SHA 1 has been known to have many weaknesses for over 10 years and it’s not at the point where it is possible to crack it if you have the resources. As of 2016, websites using SHA1 SSL certs will be penalized.
As of January 1, 2016, no publicly trusted CA is allowed to issue a SHA-1 certificate. So any new certificate you get should automatically use a SHA-2 algorithm for its signature.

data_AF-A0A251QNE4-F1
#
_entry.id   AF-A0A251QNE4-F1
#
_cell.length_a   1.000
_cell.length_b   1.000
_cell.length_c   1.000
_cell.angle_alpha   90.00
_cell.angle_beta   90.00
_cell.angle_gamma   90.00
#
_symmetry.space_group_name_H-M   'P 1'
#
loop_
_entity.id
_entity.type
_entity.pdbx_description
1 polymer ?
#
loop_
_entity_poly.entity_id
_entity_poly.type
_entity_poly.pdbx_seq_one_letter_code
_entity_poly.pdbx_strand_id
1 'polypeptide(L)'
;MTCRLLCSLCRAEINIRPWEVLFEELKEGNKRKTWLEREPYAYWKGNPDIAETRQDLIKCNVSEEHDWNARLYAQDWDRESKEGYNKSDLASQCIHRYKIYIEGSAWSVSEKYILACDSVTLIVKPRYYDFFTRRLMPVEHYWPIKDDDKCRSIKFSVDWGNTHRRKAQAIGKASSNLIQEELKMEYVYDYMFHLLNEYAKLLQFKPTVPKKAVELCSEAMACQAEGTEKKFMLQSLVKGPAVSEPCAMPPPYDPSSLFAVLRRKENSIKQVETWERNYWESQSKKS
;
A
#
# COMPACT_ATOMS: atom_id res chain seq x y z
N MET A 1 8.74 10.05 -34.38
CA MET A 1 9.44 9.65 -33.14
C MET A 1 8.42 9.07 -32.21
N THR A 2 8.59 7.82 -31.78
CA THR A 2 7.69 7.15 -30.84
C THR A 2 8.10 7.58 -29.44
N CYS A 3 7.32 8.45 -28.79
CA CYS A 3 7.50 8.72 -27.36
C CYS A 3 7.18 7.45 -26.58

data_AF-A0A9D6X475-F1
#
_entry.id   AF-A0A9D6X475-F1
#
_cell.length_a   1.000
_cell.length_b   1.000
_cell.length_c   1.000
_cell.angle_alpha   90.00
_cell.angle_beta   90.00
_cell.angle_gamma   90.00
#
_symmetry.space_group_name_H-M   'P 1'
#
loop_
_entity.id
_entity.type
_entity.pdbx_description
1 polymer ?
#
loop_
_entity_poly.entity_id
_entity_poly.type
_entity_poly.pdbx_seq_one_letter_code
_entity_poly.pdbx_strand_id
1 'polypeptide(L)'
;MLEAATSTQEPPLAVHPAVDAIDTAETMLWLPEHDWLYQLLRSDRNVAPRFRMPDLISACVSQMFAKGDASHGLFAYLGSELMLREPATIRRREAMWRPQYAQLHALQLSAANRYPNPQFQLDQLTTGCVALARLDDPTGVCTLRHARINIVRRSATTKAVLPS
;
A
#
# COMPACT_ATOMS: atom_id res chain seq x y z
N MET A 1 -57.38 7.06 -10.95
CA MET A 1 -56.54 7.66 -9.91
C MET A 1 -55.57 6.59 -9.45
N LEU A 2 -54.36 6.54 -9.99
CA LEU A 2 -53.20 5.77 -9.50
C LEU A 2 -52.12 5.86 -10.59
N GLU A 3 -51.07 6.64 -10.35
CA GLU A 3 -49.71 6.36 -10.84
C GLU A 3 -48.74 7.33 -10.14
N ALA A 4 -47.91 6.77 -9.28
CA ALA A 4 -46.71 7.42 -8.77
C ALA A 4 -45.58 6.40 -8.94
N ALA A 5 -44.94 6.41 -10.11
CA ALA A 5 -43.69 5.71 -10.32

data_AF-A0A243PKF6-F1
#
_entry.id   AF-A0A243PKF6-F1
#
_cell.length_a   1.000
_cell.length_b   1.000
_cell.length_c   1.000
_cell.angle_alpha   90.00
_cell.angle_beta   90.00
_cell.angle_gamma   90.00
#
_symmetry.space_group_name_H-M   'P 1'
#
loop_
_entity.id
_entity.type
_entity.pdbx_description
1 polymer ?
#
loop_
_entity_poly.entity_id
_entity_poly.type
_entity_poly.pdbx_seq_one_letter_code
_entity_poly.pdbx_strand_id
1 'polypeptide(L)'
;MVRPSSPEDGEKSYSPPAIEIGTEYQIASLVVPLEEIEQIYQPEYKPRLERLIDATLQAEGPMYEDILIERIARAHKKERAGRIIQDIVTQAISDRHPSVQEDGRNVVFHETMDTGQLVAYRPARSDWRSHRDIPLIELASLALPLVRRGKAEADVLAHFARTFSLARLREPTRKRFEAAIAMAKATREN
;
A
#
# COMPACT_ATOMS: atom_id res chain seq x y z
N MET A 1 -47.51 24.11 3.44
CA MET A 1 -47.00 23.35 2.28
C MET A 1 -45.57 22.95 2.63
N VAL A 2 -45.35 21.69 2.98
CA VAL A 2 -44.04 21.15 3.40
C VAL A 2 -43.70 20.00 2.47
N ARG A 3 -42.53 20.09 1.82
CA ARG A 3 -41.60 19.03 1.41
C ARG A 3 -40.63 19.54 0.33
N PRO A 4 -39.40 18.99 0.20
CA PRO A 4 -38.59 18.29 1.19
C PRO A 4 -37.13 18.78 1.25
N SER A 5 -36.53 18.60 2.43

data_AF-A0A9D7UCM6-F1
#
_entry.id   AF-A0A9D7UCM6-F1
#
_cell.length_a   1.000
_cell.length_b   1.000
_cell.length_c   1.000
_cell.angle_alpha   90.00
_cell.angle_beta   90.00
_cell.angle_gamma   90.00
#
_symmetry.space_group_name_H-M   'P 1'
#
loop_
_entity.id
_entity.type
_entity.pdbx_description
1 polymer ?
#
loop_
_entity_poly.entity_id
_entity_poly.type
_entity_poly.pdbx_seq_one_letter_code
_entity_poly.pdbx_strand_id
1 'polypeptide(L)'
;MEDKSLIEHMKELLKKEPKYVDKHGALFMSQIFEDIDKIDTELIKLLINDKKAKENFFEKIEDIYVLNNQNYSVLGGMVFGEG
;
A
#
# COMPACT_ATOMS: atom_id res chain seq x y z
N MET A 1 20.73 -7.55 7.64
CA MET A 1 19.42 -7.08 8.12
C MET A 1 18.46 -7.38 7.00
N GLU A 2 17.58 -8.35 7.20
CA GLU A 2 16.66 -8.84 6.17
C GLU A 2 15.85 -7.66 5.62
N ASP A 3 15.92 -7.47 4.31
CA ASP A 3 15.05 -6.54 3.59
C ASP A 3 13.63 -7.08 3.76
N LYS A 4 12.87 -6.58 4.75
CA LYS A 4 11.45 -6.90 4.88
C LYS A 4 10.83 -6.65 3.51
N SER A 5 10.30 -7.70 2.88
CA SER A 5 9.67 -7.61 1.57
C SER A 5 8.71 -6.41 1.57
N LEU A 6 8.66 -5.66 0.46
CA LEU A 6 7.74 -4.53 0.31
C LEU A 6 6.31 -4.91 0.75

However, existing SHA-1 certificates are still trusted by modern browsers and operating systems. Generally, they will be removing support for SHA-1 entirely by January 1, 2017.
Legacy clients will continue to accept SHA-1 certificates, and it is possible to have requested a certificate on December 31, 2015 valid for 39 months. So, it is possible to see SHA-1 certificates in the wild that expire in 2019.